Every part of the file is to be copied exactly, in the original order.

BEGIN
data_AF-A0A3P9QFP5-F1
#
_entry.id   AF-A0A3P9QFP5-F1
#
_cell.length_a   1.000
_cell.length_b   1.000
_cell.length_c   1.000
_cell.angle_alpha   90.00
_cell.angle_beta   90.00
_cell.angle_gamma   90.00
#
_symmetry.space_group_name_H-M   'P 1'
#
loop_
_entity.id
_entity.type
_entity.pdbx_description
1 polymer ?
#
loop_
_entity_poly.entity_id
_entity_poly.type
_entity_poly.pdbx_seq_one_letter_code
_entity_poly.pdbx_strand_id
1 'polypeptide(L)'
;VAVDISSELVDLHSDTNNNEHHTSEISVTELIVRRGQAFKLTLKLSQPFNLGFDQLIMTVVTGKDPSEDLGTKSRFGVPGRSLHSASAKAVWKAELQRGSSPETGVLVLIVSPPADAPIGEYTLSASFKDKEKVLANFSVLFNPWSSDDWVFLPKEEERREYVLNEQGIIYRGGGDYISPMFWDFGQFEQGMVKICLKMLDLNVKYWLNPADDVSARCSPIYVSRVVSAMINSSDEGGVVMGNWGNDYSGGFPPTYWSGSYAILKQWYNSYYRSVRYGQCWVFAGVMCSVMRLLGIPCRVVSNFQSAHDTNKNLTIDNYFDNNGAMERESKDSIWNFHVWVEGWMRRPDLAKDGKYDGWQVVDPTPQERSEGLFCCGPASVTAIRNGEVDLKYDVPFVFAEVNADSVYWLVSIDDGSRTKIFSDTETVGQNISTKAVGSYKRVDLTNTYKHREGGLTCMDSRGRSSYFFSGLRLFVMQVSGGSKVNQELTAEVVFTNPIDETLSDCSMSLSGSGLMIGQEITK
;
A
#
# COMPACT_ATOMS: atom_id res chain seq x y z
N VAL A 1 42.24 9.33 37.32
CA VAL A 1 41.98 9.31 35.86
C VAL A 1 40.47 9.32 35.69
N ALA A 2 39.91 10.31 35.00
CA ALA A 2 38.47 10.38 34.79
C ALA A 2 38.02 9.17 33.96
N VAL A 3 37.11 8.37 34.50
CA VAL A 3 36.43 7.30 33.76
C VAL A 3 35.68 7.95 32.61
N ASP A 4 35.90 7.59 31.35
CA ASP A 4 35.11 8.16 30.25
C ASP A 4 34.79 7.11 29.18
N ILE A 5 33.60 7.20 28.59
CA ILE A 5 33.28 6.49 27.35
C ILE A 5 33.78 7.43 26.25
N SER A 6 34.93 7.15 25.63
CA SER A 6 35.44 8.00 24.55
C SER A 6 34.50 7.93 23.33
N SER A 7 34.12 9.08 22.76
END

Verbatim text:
data_AF-A0A3P9QFP5-F1
#
_entry.id   AF-A0A3P9QFP5-F1
#
_cell.length_a   1.000
_cell.length_b   1.000
_cell.length_c   1.000
_cell.angle_alpha   90.00
_cell.angle_beta   90.00
_cell.angle_gamma   90.00
#
_symmetry.space_group_name_H-M   'P 1'
#
loop_
_entity.id
_entity.type
_entity.pdbx_description
1 polymer ?
#
loop_
_entity_poly.entity_id
_entity_poly.type
_entity_poly.pdbx_seq_one_letter_code
_entity_poly.pdbx_strand_id
1 'polypeptide(L)'
;VAVDISSELVDLHSDTNNNEHHTSEISVTELIVRRGQAFKLTLKLSQPFNLGFDQLIMTVVTGKDPSEDLGTKSRFGVPGRSLHSASAKAVWKAELQRGSSPETGVLVLIVSPPADAPIGEYTLSASFKDKEKVLANFSVLFNPWSSDDWVFLPKEEERREYVLNEQGIIYRGGGDYISPMFWDFGQFEQGMVKICLKMLDLNVKYWLNPADDVSARCSPIYVSRVVSAMINSSDEGGVVMGNWGNDYSGGFPPTYWSGSYAILKQWYNSYYRSVRYGQCWVFAGVMCSVMRLLGIPCRVVSNFQSAHDTNKNLTIDNYFDNNGAMERESKDSIWNFHVWVEGWMRRPDLAKDGKYDGWQVVDPTPQERSEGLFCCGPASVTAIRNGEVDLKYDVPFVFAEVNADSVYWLVSIDDGSRTKIFSDTETVGQNISTKAVGSYKRVDLTNTYKHREGGLTCMDSRGRSSYFFSGLRLFVMQVSGGSKVNQELTAEVVFTNPIDETLSDCSMSLSGSGLMIGQEITK
;
A
#
# COMPACT_ATOMS: atom_id res chain seq x y z
N VAL A 1 42.24 9.33 37.32
CA VAL A 1 41.98 9.31 35.86
C VAL A 1 40.47 9.32 35.69
N ALA A 2 39.91 10.31 35.00
CA ALA A 2 38.47 10.38 34.79
C ALA A 2 38.02 9.17 33.96
N VAL A 3 37.11 8.37 34.50
CA VAL A 3 36.43 7.30 33.76
C VAL A 3 35.68 7.95 32.61
N ASP A 4 35.90 7.59 31.35
CA ASP A 4 35.11 8.16 30.25
C ASP A 4 34.79 7.11 29.18
N ILE A 5 33.60 7.20 28.59
CA ILE A 5 33.28 6.49 27.35
C ILE A 5 33.78 7.43 26.25
N SER A 6 34.93 7.15 25.63
CA SER A 6 35.44 8.00 24.55
C SER A 6 34.50 7.93 23.33
N SER A 7 34.12 9.08 22.76